Okay. I’m going to try this again, but I warn you: it will be quick and will probably not be good. Here we go.
I get a very similar aroma to the Piesporter, but it is a little bit more tart. There is alcohol that I never noticed and won’t likely notice again as I don’t normally inhale with this level of intensity when drinking wine for pleasure as opposed to review. The prevalent aroma is fruit and the tartness brings it a bit broader than the Piesporter. It is not just grapes. I can’t pinpoint anything from just the aroma, but hopefully it gets clearer with a sip.
On the palate, it I get an almost strawberry like flavor. It is nowhere near that sweet, it is slightly tart and almost a little bitter. These are both at a low level and very pleasant, but I don’t remember them from the other wine.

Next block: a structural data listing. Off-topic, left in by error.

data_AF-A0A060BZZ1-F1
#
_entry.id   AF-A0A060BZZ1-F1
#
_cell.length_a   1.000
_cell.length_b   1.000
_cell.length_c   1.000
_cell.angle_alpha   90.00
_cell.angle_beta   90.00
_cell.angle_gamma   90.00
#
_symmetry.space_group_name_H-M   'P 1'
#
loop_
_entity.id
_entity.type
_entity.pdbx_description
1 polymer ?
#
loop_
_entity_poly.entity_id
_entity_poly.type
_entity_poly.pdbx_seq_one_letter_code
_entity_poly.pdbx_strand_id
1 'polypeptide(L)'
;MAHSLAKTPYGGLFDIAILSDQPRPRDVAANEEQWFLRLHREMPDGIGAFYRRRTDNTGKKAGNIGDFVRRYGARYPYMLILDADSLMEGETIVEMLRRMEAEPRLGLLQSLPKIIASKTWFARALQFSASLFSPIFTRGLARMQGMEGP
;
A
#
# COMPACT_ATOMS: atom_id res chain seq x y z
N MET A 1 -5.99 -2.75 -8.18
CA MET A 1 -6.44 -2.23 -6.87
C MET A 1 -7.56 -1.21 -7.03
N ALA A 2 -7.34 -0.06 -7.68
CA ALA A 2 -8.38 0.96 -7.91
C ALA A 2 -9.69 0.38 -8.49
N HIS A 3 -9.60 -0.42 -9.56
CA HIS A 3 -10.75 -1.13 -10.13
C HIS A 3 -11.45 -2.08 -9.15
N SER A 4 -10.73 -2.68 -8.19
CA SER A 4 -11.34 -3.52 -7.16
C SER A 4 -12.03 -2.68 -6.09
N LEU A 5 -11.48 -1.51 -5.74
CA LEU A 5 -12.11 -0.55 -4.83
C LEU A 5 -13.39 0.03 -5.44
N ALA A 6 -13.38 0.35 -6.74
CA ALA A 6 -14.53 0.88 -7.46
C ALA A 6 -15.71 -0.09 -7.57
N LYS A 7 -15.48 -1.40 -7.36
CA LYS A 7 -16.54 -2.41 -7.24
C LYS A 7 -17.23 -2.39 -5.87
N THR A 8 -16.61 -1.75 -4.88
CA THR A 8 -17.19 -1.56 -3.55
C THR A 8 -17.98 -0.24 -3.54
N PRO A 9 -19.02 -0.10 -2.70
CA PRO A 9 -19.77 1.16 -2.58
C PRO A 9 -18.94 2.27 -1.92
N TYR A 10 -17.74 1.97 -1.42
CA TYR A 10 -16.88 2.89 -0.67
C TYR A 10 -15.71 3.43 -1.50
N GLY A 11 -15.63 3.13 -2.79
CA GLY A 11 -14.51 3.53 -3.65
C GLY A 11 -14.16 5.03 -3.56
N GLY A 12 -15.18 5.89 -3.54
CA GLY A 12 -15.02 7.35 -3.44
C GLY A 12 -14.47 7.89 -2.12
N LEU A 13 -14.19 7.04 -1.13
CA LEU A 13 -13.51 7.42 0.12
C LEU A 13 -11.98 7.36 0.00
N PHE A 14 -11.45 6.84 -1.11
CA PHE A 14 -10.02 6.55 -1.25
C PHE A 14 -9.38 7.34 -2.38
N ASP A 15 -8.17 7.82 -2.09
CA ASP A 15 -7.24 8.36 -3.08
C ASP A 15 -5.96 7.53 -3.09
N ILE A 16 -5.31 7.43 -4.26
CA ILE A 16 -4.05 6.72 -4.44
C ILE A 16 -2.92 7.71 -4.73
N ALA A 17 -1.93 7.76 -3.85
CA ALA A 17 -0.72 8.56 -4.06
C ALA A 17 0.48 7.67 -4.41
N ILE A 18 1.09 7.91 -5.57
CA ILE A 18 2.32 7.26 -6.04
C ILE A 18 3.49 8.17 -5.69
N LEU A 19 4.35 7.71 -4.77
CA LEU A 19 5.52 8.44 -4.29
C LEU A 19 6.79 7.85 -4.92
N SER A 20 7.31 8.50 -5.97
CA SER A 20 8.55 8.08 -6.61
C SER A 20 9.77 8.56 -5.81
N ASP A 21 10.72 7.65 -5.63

In fact, the only way I’m going to be able give many details on this is probably to compare it to our first batch, so I’m going to go ahead and get some of that out to make the comparison more accurate.
Wow. Drinking these next to each other, the Piesporter tastes much sweeter than I remember. The Liebfraumilch is much more complex. Maybe my tasting notes weren’t that far off. The Piesporter is extremely likable, but it just doesn’t seem very complex next to the Liebfraumilch.
I get more berry, peach and… tang. Okay, I guess I still don’t know what I’m doing, but both of these wines taste great on their own. My opinion of the new batch of Liebfraumilch has been boosted by trying the two back to back, though.
I’ve always liked pairing the Piesporter with food and haven’t found a lot of combinations that don’t work. Its simplicity is not a bad thing, but I think I’ll be enjoying the Liebfraumilch more on its own as opposed to only along with dinner. It should still be good with a lot of food, but it will take a bit more planning to really fit well, I think.
I have some of both wines left, but I don’t have the vocabulary to express much more about them, so I’m going to end this. I can heartily recommend either kit, though.